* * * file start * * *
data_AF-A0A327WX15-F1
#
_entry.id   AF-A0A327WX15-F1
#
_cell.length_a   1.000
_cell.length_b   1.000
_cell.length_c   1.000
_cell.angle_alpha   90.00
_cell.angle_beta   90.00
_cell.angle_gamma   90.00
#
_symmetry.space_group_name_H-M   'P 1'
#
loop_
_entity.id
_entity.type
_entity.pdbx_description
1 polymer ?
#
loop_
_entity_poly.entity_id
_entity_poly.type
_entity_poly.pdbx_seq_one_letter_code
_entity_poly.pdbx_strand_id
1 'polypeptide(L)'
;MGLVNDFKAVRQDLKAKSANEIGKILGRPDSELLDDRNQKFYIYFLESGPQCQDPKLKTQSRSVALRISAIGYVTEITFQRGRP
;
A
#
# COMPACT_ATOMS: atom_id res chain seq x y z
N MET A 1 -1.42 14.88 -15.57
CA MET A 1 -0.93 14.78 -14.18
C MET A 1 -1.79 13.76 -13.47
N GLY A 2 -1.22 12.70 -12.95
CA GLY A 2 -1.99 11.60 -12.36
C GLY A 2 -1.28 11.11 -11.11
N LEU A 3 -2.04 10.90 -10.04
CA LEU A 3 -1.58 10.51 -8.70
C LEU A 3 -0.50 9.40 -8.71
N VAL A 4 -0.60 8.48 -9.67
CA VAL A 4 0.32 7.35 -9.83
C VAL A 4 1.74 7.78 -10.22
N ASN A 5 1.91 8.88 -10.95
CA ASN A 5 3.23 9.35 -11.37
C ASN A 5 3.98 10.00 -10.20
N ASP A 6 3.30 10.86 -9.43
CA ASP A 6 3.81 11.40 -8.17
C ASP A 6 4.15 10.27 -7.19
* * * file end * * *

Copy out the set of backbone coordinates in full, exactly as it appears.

data_AF-A0A327WX15-F1
#
_entry.id   AF-A0A327WX15-F1
#
_cell.length_a   1.000
_cell.length_b   1.000
_cell.length_c   1.000
_cell.angle_alpha   90.00
_cell.angle_beta   90.00
_cell.angle_gamma   90.00
#
_symmetry.space_group_name_H-M   'P 1'
#
loop_
_entity.id
_entity.type
_entity.pdbx_description
1 polymer ?
#
loop_
_entity_poly.entity_id
_entity_poly.type
_entity_poly.pdbx_seq_one_letter_code
_entity_poly.pdbx_strand_id
1 'polypeptide(L)'
;MGLVNDFKAVRQDLKAKSANEIGKILGRPDSELLDDRNQKFYIYFLESGPQCQDPKLKTQSRSVALRISAIGYVTEITFQRGRP
;
A
#
# COMPACT_ATOMS: atom_id res chain seq x y z
N MET A 1 -1.42 14.88 -15.57
CA MET A 1 -0.93 14.78 -14.18
C MET A 1 -1.79 13.76 -13.47
N GLY A 2 -1.22 12.70 -12.95
CA GLY A 2 -1.99 11.60 -12.36
C GLY A 2 -1.28 11.11 -11.11
N LEU A 3 -2.04 10.90 -10.04
CA LEU A 3 -1.58 10.51 -8.70
C LEU A 3 -0.50 9.40 -8.71
N VAL A 4 -0.60 8.48 -9.67
CA VAL A 4 0.32 7.35 -9.83
C VAL A 4 1.74 7.78 -10.22
N ASN A 5 1.91 8.88 -10.95
CA ASN A 5 3.23 9.35 -11.37
C ASN A 5 3.98 10.00 -10.20
N ASP A 6 3.30 10.86 -9.43
CA ASP A 6 3.81 11.40 -8.17
C ASP A 6 4.15 10.27 -7.19